“I just think our mentality changed [in the second half]. We are not about to roll over and die, we want to fight until the end. But obviously I think that needs to happen from the start,” Alanna Kennedy said. “Not that we didn’t go out and weren’t prepared and weren’t mentally ready to give it a go. It was more so that it took those goals for us to give that extra gear, and I don’t think that’s what we need to be doing. We need to be starting the game like that.”

After Sermanni used all of his substitutions, Morgan walked off the field in the 81st minute and the Pride played the rest of the match with 10 players. TV reports from Lifetime said Morgan told the trainer she could no longer sprint. The Pride were unable to do much after Morgan left the field and the game ended 3-0 after a scoreless second half.

“[Morgan] felt her calf being tight,” said Sermanni. “It doesn’t look too serious. I don’t know at this state but it wasn’t something that she felt pull. She just started to feel it real tight. When that happens and the game is in the state that it was, there’s no point in keeping someone in the game that could do themselves more severe damage. Hopefully, it’s nothing serious and we get her fixed up quickly.”

With so much more of the ball in the second half, Orlando won the possession battle, holding it 55% of the game. The Pride had the better passing accuracy (76%-70%) on 70 more passes, and shots were even at 15 apiece, although the Courage had the edge in shots on target (7-5).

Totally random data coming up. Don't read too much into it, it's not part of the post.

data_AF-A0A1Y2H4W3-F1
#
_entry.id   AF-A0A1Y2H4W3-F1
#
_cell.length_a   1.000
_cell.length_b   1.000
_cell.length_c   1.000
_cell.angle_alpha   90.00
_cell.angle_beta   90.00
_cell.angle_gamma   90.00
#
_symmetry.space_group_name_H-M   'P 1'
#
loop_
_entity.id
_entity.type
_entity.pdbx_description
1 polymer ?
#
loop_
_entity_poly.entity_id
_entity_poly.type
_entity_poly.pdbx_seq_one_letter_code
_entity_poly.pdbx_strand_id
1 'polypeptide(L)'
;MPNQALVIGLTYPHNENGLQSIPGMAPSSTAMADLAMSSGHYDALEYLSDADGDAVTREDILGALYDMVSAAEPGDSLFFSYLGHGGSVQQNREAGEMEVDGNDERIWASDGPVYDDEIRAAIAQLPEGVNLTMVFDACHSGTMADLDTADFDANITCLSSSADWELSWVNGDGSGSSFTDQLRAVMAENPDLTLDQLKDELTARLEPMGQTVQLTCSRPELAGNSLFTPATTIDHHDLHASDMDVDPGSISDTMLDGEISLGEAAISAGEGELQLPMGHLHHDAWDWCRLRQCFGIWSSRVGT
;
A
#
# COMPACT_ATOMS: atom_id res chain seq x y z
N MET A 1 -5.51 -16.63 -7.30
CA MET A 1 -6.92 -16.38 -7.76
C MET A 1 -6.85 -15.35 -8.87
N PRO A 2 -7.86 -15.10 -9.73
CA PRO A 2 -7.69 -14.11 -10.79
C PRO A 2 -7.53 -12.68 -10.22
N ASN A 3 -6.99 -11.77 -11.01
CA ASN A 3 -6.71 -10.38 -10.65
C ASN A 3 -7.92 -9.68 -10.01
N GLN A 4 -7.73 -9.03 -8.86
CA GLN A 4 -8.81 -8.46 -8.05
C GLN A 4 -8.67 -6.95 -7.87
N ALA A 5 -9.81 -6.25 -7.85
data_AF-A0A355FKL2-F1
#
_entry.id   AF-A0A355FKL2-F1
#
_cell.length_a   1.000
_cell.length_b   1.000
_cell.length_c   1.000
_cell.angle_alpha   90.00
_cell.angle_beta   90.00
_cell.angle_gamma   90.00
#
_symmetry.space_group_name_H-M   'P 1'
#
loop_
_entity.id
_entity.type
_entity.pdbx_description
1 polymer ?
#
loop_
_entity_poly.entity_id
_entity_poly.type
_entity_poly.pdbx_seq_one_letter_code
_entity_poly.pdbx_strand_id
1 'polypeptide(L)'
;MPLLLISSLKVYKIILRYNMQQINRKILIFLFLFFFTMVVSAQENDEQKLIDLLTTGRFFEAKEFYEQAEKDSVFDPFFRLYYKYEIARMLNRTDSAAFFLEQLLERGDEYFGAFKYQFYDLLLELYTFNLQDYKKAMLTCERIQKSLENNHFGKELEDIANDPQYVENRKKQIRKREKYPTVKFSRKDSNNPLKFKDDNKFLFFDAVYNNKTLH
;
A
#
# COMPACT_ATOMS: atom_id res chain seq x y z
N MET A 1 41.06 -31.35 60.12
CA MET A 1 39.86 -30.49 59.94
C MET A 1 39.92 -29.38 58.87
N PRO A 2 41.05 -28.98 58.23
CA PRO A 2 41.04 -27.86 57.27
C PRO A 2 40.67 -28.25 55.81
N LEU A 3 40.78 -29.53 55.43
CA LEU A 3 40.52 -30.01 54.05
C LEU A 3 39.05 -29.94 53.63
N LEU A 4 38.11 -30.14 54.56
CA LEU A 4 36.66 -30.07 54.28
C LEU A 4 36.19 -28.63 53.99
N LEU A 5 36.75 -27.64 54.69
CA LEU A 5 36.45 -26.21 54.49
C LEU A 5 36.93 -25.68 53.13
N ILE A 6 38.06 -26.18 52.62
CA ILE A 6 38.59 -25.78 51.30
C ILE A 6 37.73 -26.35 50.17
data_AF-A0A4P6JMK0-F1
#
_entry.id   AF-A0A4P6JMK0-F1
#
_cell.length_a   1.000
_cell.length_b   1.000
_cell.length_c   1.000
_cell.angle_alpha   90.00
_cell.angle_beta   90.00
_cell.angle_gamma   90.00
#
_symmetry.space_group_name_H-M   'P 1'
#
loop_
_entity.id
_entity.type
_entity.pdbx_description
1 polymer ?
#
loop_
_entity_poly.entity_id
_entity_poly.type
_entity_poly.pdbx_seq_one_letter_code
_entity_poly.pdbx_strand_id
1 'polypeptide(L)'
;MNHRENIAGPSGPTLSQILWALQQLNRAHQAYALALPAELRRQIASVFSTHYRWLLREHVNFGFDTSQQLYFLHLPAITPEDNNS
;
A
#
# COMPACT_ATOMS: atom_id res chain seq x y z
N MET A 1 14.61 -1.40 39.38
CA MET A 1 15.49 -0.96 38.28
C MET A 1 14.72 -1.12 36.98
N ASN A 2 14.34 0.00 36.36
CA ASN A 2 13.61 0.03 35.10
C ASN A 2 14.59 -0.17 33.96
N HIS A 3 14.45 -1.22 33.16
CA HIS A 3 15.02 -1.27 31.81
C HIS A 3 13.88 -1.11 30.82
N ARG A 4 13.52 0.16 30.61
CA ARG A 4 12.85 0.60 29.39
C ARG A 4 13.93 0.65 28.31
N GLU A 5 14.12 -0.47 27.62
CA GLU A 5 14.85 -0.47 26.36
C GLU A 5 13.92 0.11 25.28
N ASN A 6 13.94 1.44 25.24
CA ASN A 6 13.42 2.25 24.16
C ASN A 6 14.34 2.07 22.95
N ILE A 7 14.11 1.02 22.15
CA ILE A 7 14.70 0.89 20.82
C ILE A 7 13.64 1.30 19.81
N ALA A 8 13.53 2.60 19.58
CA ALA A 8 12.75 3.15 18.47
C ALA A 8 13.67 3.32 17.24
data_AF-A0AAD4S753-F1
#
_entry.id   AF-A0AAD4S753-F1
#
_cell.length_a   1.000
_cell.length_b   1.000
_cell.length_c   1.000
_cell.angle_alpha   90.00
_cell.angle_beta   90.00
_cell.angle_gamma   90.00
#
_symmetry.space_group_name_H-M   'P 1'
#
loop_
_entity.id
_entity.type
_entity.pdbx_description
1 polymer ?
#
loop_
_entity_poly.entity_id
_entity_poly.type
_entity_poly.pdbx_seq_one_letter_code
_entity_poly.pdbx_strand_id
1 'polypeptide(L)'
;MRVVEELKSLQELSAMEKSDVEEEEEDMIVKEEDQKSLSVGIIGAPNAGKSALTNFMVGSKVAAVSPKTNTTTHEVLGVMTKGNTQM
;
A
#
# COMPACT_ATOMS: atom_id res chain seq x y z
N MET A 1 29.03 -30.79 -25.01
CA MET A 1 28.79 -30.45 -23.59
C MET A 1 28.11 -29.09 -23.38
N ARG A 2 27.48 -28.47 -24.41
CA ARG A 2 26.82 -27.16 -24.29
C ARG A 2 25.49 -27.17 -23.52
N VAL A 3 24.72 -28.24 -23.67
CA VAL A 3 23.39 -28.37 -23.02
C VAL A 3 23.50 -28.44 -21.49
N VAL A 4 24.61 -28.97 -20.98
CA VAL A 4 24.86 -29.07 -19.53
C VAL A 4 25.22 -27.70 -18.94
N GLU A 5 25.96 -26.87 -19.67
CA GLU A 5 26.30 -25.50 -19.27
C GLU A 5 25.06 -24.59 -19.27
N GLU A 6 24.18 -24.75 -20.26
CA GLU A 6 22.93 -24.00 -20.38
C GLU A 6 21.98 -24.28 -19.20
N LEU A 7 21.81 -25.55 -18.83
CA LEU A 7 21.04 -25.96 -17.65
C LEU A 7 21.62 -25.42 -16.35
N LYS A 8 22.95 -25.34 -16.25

“We just need to be better and when we do go down a goal, not to drop our heads, and I think, obviously, the second half was much better,” Kennedy said. “We fought til the end but you’ve got to give credit to the Courage. They are a good team but I think we just made it real hard for ourselves tonight.”


The Pride return to action again on July 7 when they take on the Washington Spirit to close out what has so far been a disappointing 0-2-0 home stand.

Orlando Pride

Orlando Pride Place Megan Montefusco on Season-Ending Injury List

The Orlando Pride have placed center back Megan Montefusco on the season-ending injury list following surgery on her right foot.

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Image courtesy of Orlando Pride

The Orlando Pride announced this afternoon that center back Megan Montefusco has been placed on the season-ending injury list. The defender had off-season right foot surgery, performed by the club’s official medical team, to repair a long-term problem.

“This is an unfortunate situation for Megan, though we’re happy she was able to address an issue that has plagued her for some time, and we are confident she will come out of this a stronger athlete,” Orlando Pride Vice President of Soccer Operations and General Manager Haley Carter said in a club press release. “Our club is fully behind her and will support her throughout her rehab process, as will our amazing partners at Orlando Health. Our goal is to help Megan get back on the field as safely and smartly as possible, and we are behind her every step of the way. We look forward to seeing her back out on the pitch as soon as she is ready.”